Shared Goals, Different Barriers: A Qualitative Study of UK Veterinarians’ and Farmers’ Beliefs About Antimicrobial Resistance and Stewardship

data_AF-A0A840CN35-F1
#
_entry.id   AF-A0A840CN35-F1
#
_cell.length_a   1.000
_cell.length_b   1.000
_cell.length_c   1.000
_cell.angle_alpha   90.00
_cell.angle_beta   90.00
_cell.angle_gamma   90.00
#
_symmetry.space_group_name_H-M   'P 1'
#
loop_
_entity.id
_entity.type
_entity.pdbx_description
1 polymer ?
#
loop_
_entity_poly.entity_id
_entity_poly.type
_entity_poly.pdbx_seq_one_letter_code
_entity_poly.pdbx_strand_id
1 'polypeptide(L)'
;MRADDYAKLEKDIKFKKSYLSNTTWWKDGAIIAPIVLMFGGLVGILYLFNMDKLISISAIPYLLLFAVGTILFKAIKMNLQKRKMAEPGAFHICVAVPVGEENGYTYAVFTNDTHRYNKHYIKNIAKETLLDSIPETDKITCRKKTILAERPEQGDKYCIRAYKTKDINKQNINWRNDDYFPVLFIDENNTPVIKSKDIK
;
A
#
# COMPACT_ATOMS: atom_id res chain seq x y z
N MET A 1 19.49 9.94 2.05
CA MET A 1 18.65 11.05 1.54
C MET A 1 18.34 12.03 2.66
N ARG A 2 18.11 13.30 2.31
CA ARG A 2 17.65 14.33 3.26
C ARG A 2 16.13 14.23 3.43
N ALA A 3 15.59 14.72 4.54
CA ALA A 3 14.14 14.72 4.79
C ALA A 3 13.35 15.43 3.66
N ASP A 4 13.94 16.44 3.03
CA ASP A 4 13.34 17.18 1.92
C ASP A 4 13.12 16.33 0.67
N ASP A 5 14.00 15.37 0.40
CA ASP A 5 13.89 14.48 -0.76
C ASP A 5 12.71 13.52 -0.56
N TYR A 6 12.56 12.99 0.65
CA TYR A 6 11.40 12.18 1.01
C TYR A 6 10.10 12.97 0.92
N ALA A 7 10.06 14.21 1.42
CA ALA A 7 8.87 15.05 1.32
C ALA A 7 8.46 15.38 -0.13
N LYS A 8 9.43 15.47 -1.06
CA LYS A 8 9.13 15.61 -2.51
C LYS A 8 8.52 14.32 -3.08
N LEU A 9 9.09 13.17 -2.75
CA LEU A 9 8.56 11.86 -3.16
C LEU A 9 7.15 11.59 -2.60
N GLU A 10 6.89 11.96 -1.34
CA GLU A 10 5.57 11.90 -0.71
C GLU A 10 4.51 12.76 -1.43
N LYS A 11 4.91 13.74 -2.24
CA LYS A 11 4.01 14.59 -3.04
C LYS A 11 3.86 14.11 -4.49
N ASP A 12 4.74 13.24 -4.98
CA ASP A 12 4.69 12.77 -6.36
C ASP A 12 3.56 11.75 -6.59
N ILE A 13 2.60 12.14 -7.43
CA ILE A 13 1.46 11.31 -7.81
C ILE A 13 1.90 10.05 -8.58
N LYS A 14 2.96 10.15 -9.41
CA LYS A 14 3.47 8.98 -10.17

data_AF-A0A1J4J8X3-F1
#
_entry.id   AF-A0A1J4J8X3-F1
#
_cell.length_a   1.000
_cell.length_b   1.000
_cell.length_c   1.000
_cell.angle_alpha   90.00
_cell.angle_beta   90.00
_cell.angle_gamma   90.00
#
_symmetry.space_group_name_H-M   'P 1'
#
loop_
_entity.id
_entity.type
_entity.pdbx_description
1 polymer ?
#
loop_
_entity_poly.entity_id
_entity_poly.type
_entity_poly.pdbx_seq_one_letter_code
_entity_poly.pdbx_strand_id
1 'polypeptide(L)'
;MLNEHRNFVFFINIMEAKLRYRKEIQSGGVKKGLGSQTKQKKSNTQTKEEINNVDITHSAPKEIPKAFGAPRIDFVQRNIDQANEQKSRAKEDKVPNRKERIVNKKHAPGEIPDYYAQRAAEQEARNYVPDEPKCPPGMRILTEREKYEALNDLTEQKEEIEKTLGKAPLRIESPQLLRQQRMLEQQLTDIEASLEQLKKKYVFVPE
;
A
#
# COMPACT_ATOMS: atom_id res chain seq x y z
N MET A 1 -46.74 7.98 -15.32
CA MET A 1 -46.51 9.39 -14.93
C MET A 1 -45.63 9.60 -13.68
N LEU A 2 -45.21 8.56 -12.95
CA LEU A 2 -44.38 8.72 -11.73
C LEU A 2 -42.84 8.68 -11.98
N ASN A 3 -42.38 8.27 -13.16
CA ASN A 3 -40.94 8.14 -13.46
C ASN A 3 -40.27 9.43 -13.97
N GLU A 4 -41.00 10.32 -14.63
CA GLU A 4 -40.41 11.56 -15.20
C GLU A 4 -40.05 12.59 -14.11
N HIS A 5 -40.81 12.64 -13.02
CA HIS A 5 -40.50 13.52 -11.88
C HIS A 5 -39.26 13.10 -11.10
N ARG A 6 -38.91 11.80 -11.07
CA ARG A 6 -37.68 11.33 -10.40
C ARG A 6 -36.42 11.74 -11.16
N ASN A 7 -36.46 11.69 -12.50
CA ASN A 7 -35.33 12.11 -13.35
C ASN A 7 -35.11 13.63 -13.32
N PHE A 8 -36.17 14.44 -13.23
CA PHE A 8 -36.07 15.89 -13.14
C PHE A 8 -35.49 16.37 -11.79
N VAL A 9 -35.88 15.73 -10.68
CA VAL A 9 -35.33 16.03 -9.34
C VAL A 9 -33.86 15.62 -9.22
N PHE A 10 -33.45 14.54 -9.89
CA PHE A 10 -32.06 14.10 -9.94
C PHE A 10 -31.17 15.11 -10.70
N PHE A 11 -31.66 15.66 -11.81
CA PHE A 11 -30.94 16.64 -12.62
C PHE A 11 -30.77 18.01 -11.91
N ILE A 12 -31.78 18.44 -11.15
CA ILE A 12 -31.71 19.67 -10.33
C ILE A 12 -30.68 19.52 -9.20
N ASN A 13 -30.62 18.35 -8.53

The application of a psychosocial approach, using critical incident methodology, to explore vets’ and farmers’ antimicrobial treatment decisions identified that whilst they understand their responsibilities for antimicrobial stewardship, psychological and contextual factors, such as economics, emotions, and relationships appear to be important potential barriers to consistent stewardship-aligned decisions. The results suggest that, for vets and farmers in this study, a conflict between their ideals and behaviour leads to a sense of ambivalence toward their responsibilities for antimicrobial stewardship; they take ownership of the issue, but also engage in other-blaming and locate responsibility for AMR with others. The results also suggest that vets and farmers share and understand common challenges, some of which are also an issue for human medicine. AMR has been described as the “quintessential planetary One Health challenge” [35, p.508] and recognizing shared challenges (a common fate) between different groups may play a key role in improving antimicrobial stewardship.
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